Monday, May 25, 2015

Birds & Bugs! (L,M&N, 29, Grey, Hexagon)

The theme for the second week of May was "Birds and Bugs!". Since we finished our Letter of the Week study, we are now reviewing our letters! This week we reviewed letters L, M & N and continued our number study with the number 29! We have gone through our shapes and colors once, so from now until graduation, we will talk about two each week and do some small review activities. We worked this week on hexagons and grey.

Just for fun, I added water into the sensory table full of shredded recycled paper. It was awesomely gross!

This week we read: I Took a Walk by Henry Cole
                                        Little Hoot by Amy Krouse Rosenthal
                                        The Pigeon Wants a Puppy by Mo Willems
                                        Some Bugs by Angela Diterlizzi
                                        Don't Let the Pigeon Stay Up Late by Mo Willems
                                        Duck & Goose by Tad Hills
                                        Duck, Duck Goose by Tad Hills
Our question of the week was "If you were a bird, where would you fly?"

To review the color grey we talked about things in real life, at morning meeting, that are grey. The kids also colored pictures of grey things. I found these pages on pinterest, and I love the concept! My general rule of thumb is that if the children can explain to me their reasoning for coloring an object, then I am all for it!

To review the hexagon shape the children practiced recognizing the shape and colored hexagons. I created this little picture full of the shape. They needed to color the hexagons yellow, the triangles blue, and the trapezoids purple. 

For the number of the week:29 we started off by counting to and backward from twenty-nine. They love doing this every day and when we get to the end of counting backward, they all scream blast off!! ;) The kids also practiced writing the number and word for twenty-nine. 

When I started in my class, I found a page like this from, so I made my own for the number 29. The children have to practice writing the number and then color in that number of squares. It's a great way to introduce graphing and helps them to work on their one-to-one correspondence.                    

For our theme "Birds and Bugs",  we walked outside and took special care to look for birds and bugs around us.

We sang "the Itsy Bitsy Spider". 

To the block center structure pages, I added pages about homes for birds and bugs.

To the science center binder, I added pages about some interesting bugs and birds.

In their journals, the children wrote about the type of bug that they would like to be.

The children played the board game, The LadyBug Game. Board games are always a blast, and the children really do well practicing math and social skills all at once!

The children made handprint bugs! The children drew and colored the background first, and then we put their handprint over!

How about a hand-print bird as well? We used feathers to make them fancy and even gave them a nest out of ripped up lunch bags!

While reviewing the letters L, M, and N, we are really focusing on practicing writing, having good control over letter formation, and having a solid knowledge of the letter sounds.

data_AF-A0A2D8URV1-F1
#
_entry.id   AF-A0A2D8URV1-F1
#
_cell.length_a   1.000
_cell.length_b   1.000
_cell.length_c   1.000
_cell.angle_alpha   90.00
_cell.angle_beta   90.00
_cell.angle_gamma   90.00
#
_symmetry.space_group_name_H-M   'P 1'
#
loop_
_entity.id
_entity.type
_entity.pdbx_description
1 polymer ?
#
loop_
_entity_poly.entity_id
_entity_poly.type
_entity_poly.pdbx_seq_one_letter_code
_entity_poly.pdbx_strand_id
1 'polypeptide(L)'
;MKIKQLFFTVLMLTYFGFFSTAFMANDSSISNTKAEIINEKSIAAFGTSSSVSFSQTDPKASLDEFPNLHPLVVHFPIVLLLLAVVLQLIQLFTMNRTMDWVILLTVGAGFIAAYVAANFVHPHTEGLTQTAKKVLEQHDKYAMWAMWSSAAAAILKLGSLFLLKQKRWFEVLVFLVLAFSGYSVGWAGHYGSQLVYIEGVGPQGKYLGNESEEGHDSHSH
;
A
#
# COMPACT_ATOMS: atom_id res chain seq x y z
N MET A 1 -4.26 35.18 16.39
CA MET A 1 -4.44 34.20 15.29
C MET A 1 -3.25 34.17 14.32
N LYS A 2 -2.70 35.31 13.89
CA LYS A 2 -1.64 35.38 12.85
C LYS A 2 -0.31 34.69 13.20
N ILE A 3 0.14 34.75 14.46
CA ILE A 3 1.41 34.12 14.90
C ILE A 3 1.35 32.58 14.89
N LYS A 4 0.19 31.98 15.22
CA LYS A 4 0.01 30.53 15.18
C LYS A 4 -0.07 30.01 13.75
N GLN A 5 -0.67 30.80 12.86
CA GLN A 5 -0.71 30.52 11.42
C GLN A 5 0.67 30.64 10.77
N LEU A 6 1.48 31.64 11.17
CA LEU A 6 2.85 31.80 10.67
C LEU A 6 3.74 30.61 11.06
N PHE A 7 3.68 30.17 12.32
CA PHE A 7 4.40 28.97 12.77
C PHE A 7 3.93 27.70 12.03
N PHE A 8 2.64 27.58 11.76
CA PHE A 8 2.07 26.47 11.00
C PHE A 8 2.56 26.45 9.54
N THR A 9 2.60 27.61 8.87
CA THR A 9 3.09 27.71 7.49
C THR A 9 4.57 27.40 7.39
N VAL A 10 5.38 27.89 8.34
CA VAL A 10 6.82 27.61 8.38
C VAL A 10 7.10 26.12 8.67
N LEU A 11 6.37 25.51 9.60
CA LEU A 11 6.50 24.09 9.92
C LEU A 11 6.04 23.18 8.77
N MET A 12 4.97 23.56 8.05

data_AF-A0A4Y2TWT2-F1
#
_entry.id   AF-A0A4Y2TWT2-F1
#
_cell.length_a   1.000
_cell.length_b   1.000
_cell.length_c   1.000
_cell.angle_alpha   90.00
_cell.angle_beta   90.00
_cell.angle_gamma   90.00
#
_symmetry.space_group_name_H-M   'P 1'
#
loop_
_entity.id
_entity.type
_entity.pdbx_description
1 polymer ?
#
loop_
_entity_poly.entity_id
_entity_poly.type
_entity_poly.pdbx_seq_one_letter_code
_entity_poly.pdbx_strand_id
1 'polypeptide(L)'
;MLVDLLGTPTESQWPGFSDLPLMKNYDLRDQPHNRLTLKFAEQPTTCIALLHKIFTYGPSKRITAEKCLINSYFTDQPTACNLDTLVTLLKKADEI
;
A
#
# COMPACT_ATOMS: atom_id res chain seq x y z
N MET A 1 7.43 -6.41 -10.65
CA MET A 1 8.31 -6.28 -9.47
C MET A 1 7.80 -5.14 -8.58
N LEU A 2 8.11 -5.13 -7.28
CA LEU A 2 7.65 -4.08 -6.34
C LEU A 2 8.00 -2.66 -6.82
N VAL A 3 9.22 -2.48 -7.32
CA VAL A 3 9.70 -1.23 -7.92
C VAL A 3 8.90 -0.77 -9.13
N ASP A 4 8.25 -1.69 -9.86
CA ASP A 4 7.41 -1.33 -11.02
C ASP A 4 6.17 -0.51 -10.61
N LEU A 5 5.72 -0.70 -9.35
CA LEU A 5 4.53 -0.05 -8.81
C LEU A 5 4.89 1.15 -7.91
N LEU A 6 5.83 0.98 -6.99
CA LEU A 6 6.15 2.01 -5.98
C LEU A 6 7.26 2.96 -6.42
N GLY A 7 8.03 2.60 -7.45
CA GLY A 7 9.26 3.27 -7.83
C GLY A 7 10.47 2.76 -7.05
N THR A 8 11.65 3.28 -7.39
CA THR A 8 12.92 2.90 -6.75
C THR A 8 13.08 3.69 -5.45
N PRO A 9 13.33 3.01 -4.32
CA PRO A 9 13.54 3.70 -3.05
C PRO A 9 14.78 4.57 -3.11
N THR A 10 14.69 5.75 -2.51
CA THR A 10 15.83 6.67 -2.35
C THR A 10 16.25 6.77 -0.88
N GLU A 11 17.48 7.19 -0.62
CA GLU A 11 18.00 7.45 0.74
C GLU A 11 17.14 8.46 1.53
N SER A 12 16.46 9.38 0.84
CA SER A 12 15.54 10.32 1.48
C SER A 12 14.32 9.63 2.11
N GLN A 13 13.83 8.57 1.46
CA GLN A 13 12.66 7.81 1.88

My children that are moving on to kindergarten next year, are working on sight words and this worksheet from Confessions of a Homeschooler are amazing! They challenge the children to think of the word in a new way and get creative. This week they worked on the word "like".

I created envelope games for each letter of the alphabet that we played the first way through the alphabet. My children that are staying with me another year played these again to work on their letter sounds.

We reviewed writing and finding the letters that we are talking about, L, M, and N. The pages for my younger group came from Letters for Little Learners, and I found these more advanced worksheets for my older children from

The book Alphabet and Counting that we used used  to turn our letters into fun animals, also has cute little tongue twisters for each letter. I printed them large and illustrated them, then I laminated them with contact paper. Using wet erase markers, we take turns finding the letters hidden!

On their own, they searched for the letters as well!

The letter of the week books have pages that you can make a book into. I picked from both to get my "favorites". Each week, we'll work on these pages, and each child will end up with an alphabet book at the end of the year. I like to do these pages, because not only do they get more practice writing the letter, but they also have to finish the sentence on the page, which is really cool. It gets them thinking!

There is a 15-20 minute span of time while the children are waking up from our rest time and afternoon snack. During this time, we talk about what they will be doing in the afternoon with their afternoon teacher, and what we did in the morning. We also spend some time learning about animals through videos. This week we watched one, two and three about lions, one, two about leopards, llamas, and lionfish. We also watched one, two, three about Meerkats, one, two about monkeys, manatee and moose.

I made an "I have, who has" game filled with L, M, and N things. I love this game because once it starts, the children completely direct it. I love seeing them help each other and play with each other.

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